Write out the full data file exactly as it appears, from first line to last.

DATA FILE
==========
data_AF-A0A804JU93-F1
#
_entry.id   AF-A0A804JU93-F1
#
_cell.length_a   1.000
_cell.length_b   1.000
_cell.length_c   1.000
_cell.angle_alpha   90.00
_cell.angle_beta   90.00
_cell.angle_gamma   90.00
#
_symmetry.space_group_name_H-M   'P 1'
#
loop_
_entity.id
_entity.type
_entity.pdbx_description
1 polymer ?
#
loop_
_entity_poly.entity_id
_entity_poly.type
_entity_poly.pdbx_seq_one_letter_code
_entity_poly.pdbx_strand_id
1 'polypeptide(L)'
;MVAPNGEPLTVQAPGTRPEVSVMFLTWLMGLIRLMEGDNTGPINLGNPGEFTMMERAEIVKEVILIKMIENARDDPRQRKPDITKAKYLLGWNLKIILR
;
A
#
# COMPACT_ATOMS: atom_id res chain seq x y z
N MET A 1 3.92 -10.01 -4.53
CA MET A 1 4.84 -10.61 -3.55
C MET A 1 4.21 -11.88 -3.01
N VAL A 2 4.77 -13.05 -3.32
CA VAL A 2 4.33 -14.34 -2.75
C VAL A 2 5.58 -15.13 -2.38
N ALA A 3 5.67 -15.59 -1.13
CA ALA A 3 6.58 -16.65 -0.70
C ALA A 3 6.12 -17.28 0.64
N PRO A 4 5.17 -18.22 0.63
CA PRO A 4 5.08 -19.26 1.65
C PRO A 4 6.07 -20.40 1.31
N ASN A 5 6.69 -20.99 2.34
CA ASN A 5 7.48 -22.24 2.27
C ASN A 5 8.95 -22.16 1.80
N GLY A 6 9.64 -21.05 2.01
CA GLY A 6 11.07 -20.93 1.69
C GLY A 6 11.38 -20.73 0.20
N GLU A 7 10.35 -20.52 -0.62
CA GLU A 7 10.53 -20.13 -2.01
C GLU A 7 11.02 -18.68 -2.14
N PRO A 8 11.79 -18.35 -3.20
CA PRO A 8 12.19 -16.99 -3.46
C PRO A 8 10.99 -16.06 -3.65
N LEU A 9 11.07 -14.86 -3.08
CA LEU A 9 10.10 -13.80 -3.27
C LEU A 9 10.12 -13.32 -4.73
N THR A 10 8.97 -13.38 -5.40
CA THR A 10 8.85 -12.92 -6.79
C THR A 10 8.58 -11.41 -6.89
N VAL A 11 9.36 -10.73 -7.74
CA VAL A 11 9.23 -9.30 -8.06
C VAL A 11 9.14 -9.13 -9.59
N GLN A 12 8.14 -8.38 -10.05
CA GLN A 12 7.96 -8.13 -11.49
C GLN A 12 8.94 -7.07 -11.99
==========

data_AF-A0A804JU93-F1
#
_entry.id   AF-A0A804JU93-F1
#
_cell.length_a   1.000
_cell.length_b   1.000
_cell.length_c   1.000
_cell.angle_alpha   90.00
_cell.angle_beta   90.00
_cell.angle_gamma   90.00
#
_symmetry.space_group_name_H-M   'P 1'
#
loop_
_entity.id
_entity.type
_entity.pdbx_description
1 polymer ?
#
loop_
_entity_poly.entity_id
_entity_poly.type
_entity_poly.pdbx_seq_one_letter_code
_entity_poly.pdbx_strand_id
1 'polypeptide(L)'
;MVAPNGEPLTVQAPGTRPEVSVMFLTWLMGLIRLMEGDNTGPINLGNPGEFTMMERAEIVKEVILIKMIENARDDPRQRKPDITKAKYLLGWNLKIILR
;
A
#
# COMPACT_ATOMS: atom_id res chain seq x y z
N MET A 1 3.92 -10.01 -4.53
CA MET A 1 4.84 -10.61 -3.55
C MET A 1 4.21 -11.88 -3.01
N VAL A 2 4.77 -13.05 -3.32
CA VAL A 2 4.33 -14.34 -2.75
C VAL A 2 5.58 -15.13 -2.38
N ALA A 3 5.67 -15.59 -1.13
CA ALA A 3 6.58 -16.65 -0.70
C ALA A 3 6.12 -17.28 0.64
N PRO A 4 5.17 -18.22 0.63
CA PRO A 4 5.08 -19.26 1.65
C PRO A 4 6.07 -20.40 1.31
N ASN A 5 6.69 -20.99 2.34
CA ASN A 5 7.48 -22.24 2.27
C ASN A 5 8.95 -22.16 1.80
N GLY A 6 9.64 -21.05 2.01
CA GLY A 6 11.07 -20.93 1.69
C GLY A 6 11.38 -20.73 0.20
N GLU A 7 10.35 -20.52 -0.62
CA GLU A 7 10.53 -20.13 -2.01
C GLU A 7 11.02 -18.68 -2.14
N PRO A 8 11.79 -18.35 -3.20
CA PRO A 8 12.19 -16.99 -3.46
C PRO A 8 10.99 -16.06 -3.65
N LEU A 9 11.07 -14.86 -3.08
CA LEU A 9 10.10 -13.80 -3.27
C LEU A 9 10.12 -13.32 -4.73
N THR A 10 8.97 -13.38 -5.40
CA THR A 10 8.85 -12.92 -6.79
C THR A 10 8.58 -11.41 -6.89
N VAL A 11 9.36 -10.73 -7.74
CA VAL A 11 9.23 -9.30 -8.06
C VAL A 11 9.14 -9.13 -9.59
N GLN A 12 8.14 -8.38 -10.05
CA GLN A 12 7.96 -8.13 -11.49
C GLN A 12 8.94 -7.07 -11.99